and other cryptocurrencies were weaker Friday as digital assets continued to trade in a fairly tight range, with market participants looking ahead to next week’s meeting of the Federal Reserve as a point of uncertainty.
The price of Bitcoin fell more than 2% over the past 24 hours to below $39,000. The leading crypto continues to trade in a relatively tight range around $40,000 level but remains volatile, falling as low as $38,000 in recent days and changing hands $43,000 a week ago.
“Price volatility in the bitcoin market over the last few weeks can be attributed largely to its correlation to other risk assets,” said Joe Haggenmiller, the head of markets at crypto trading firm XBTO Group. “Despite growing uncertainty in all risk-on asset markets, however, bitcoin has recently held relatively steady within the $38,000 to 41,000 range.”
Bitcoin and other digital assets should in theory trade independently of mainstream financial markets, but they have proved correlated with other risk-sensitive assets like stocks, especially technology stocks. The tech-heavy
index has had a rough 2022 so far, and was poised to close out its worst four-month start to a year since 1973 on Friday.
“Macro uncertainty has driven all risk-on assets downwards over the last few months, including bitcoin,” Haggenmiller said, “in reaction to conflict in Ukraine, supply chain issues due to rising Covid-19 cases in China, and ongoing interest rate hikes and future balance sheet machinations by the Federal Reserve.”
Bitcoin’s smaller peer,
was also lower. The token underpinning the Ethereum blockchain network fell 2.5% to below $2,900; it was trading as high as $3,150 last Thursday.
Smaller cryptos, or “altcoins,” were even further in the red.
lost 7% while
both retreated 4%. “Memecoins”— called that because they were initially intended as internet jokes rather than significant blockchain projects— were also down, as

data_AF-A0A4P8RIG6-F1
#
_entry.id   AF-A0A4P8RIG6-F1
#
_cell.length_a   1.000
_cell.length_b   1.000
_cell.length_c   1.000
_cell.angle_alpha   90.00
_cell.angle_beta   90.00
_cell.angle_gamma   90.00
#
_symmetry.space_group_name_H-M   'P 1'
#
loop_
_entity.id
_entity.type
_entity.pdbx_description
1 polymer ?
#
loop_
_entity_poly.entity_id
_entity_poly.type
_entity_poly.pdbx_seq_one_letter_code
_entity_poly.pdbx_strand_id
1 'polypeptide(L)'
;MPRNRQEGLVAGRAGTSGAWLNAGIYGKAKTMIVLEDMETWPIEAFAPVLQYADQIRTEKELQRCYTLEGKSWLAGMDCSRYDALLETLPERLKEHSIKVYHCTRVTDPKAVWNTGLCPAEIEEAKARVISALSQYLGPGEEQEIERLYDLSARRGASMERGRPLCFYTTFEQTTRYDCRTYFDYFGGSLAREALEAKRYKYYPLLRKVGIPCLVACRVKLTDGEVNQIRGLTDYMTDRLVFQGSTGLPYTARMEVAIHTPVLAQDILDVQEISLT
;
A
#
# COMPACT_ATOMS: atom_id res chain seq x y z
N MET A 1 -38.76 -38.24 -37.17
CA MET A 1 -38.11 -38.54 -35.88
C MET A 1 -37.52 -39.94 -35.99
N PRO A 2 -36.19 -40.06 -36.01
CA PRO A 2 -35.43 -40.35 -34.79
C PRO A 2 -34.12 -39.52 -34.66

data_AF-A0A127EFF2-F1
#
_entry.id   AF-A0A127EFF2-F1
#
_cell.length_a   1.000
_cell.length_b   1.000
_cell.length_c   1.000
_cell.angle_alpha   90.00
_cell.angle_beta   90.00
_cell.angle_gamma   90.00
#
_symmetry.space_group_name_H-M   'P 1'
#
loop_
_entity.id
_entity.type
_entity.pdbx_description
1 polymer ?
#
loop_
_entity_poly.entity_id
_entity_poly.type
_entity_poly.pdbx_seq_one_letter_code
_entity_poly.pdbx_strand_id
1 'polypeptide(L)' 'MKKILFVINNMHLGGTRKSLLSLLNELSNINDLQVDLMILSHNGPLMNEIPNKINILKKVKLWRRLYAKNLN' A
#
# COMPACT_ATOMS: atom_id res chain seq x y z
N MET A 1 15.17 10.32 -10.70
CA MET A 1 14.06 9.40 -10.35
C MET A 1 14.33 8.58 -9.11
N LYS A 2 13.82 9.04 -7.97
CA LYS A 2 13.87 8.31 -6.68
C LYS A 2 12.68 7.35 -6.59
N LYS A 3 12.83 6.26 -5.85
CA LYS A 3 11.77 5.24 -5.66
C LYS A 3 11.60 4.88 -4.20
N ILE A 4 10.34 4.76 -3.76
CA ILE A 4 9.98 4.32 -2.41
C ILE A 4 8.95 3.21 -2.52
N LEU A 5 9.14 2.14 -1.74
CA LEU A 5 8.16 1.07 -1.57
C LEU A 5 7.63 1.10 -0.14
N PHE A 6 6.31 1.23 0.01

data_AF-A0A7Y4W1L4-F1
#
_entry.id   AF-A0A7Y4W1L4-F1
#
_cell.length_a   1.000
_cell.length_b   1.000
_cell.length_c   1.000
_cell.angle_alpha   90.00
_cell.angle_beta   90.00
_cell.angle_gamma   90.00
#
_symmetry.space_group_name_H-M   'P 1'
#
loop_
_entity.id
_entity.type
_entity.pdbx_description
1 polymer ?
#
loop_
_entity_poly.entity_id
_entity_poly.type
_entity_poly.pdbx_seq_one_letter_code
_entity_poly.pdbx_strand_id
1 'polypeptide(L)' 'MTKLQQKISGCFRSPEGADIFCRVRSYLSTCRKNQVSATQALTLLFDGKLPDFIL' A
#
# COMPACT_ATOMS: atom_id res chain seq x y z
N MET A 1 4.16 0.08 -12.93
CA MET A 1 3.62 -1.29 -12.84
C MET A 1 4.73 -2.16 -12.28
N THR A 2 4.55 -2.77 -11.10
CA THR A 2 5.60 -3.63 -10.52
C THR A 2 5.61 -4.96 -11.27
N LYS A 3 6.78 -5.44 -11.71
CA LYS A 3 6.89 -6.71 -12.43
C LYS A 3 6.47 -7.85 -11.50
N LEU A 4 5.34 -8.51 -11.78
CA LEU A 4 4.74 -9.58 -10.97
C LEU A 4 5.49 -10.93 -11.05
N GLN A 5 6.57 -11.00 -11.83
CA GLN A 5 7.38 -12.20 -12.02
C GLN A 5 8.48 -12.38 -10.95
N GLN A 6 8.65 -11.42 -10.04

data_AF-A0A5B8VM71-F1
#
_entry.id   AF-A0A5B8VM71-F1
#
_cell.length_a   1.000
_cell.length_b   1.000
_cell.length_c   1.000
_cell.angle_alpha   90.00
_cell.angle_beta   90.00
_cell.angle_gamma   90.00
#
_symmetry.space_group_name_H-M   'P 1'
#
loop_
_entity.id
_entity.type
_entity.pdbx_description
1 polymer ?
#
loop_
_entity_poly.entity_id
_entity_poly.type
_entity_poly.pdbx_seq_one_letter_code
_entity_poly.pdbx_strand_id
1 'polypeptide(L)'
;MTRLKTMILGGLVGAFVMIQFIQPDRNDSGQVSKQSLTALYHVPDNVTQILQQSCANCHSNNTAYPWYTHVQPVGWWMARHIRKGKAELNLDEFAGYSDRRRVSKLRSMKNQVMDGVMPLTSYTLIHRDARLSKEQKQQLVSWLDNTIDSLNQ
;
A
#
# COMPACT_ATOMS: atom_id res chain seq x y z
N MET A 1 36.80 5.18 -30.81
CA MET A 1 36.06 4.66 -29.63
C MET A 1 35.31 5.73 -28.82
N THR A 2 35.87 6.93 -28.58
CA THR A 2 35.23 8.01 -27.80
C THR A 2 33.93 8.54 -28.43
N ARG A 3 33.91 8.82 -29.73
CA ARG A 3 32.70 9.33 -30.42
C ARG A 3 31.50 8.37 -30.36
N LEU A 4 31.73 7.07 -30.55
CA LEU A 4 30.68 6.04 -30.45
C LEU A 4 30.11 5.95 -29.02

lost 4% and
Monetary policy from the U.S. central bank is looming large in the crypto world as well as the stock market. The Federal Open Market Committee, the Fed’s monetary policy group, meets next week and is expected to raise interest rates by a sizable half-point.
Interest rate increases as well as expectations that the Fed will reduce its bond holdings will raise the cost of borrowing, denting economic demand and causing bond yields to rise. When bond yields climb, investors are faced with math that proves tough for riskier assets like stocks and cryptos: Higher yields reduce the extra return relative to bonds that traders expect to get from taking riskier bets.
“An increase higher than 50 basis points, deviating from the current consensus, may lead to a drop in risk markets including bitcoin,” Haggenmiller said. It’s likely that any sign from Fed Chair Jerome Powell that the central bank will move more aggressively to tighten monetary policy that markets had expected could cause a selloff next week.
Write to Jack Denton at [email protected]